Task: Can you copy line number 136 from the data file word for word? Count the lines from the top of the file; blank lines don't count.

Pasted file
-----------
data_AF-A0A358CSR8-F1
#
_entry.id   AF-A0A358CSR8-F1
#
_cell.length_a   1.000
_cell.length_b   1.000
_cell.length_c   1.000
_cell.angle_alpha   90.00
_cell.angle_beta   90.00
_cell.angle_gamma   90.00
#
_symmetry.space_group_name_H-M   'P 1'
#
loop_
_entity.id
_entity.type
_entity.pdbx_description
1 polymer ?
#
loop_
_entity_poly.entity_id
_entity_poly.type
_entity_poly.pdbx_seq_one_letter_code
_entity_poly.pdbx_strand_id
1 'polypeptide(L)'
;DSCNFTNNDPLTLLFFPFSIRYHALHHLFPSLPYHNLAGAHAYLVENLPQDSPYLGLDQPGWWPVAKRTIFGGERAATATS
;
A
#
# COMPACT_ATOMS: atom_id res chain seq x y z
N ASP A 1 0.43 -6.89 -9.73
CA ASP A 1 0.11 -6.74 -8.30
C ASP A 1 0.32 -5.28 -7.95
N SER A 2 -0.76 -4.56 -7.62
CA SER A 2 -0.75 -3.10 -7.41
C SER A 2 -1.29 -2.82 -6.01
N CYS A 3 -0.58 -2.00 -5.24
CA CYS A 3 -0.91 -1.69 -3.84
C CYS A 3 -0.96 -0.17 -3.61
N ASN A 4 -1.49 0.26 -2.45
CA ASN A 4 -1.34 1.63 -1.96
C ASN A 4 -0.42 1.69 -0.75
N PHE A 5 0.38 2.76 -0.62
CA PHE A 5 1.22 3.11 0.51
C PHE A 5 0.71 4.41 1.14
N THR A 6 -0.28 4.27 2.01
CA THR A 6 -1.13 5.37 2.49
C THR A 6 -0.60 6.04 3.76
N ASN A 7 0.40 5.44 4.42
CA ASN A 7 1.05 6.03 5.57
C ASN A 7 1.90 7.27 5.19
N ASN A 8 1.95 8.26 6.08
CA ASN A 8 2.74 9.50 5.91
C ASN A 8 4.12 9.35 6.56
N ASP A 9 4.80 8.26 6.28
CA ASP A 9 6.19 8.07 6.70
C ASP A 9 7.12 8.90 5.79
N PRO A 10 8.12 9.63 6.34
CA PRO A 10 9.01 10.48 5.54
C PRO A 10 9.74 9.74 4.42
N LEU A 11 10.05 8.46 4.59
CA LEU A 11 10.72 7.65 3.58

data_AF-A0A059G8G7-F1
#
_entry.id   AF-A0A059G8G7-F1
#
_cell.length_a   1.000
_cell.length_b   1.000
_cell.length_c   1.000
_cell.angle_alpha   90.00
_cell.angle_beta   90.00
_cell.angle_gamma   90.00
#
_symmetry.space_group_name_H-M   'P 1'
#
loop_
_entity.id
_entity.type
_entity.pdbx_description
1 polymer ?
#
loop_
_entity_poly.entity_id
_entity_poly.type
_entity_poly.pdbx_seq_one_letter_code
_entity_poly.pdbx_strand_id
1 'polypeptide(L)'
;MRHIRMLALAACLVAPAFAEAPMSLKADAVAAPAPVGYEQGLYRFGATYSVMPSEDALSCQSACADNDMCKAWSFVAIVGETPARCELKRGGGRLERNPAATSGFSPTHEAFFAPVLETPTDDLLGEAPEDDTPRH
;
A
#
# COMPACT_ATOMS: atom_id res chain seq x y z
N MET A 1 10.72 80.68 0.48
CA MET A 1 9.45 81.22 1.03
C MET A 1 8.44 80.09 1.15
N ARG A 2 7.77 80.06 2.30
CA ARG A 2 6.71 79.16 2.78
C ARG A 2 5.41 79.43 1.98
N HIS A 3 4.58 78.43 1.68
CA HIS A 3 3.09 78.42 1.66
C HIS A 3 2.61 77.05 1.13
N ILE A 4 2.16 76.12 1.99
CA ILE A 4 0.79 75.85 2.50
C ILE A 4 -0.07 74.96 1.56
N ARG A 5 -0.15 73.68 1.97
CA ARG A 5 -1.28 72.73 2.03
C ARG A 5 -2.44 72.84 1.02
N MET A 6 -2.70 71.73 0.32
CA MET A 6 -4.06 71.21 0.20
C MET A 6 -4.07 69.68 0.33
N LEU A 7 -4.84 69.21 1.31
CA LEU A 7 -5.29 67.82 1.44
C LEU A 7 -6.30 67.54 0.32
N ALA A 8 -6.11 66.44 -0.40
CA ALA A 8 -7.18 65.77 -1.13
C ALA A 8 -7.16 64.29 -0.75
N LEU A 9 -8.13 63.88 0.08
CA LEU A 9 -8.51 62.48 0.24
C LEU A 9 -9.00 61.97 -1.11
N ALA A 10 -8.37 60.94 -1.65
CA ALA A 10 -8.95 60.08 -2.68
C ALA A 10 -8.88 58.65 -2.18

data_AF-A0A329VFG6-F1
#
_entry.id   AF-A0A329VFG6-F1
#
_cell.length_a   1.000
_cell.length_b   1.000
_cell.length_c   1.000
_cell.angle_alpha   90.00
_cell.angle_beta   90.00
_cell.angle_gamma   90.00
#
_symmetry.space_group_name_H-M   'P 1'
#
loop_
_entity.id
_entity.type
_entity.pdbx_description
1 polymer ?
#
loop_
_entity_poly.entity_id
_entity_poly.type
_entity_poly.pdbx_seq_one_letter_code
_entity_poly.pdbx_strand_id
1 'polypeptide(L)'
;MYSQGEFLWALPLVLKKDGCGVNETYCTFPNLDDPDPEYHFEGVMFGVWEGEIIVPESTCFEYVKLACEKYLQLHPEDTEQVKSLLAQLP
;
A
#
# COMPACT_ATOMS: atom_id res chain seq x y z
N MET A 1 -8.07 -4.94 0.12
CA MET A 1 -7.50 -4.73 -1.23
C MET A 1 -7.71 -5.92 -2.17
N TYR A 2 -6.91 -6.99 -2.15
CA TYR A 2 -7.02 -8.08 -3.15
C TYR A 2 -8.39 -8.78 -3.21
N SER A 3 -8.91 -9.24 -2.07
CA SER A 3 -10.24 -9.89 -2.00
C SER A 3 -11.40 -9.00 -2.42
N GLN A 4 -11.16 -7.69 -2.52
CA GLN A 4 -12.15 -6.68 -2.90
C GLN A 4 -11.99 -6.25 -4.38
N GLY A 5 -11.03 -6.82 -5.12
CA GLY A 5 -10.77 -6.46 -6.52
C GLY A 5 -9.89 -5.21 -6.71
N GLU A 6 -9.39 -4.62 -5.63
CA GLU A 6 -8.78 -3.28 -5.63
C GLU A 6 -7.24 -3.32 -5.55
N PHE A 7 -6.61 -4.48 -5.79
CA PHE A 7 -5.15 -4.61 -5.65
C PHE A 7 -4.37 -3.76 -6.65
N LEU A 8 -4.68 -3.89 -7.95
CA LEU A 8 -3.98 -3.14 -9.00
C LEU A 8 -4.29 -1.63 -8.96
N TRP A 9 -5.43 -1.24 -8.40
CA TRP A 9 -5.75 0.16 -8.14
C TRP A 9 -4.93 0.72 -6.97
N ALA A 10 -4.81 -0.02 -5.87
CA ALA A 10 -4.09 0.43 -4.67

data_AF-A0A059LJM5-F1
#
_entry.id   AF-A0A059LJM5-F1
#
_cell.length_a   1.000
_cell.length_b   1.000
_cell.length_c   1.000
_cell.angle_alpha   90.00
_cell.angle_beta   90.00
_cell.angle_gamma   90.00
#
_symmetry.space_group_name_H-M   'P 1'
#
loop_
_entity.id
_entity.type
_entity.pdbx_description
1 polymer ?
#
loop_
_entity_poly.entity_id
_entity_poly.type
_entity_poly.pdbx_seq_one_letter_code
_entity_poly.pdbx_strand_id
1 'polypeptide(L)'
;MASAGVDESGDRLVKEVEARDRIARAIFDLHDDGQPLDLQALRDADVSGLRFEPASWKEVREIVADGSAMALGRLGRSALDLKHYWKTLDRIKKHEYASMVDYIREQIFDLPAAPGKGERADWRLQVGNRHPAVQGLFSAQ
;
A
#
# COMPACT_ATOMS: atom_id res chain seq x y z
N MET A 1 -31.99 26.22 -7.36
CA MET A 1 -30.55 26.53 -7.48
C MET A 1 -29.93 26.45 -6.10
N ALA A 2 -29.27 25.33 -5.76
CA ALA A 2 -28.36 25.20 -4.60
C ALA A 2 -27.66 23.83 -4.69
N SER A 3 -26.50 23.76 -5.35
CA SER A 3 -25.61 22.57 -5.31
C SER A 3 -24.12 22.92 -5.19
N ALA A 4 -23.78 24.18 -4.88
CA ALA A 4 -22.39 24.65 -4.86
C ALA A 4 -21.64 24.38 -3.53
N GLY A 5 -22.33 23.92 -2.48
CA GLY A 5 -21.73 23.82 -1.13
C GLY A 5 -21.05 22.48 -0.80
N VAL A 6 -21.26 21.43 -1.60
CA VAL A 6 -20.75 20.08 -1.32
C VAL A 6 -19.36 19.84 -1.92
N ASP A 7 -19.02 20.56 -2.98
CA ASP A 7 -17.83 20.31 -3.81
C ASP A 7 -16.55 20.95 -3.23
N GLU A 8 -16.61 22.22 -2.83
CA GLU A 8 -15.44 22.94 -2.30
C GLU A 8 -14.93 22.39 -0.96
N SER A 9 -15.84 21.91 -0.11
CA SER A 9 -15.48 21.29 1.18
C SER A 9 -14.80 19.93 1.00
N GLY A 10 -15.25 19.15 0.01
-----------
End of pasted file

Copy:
loop_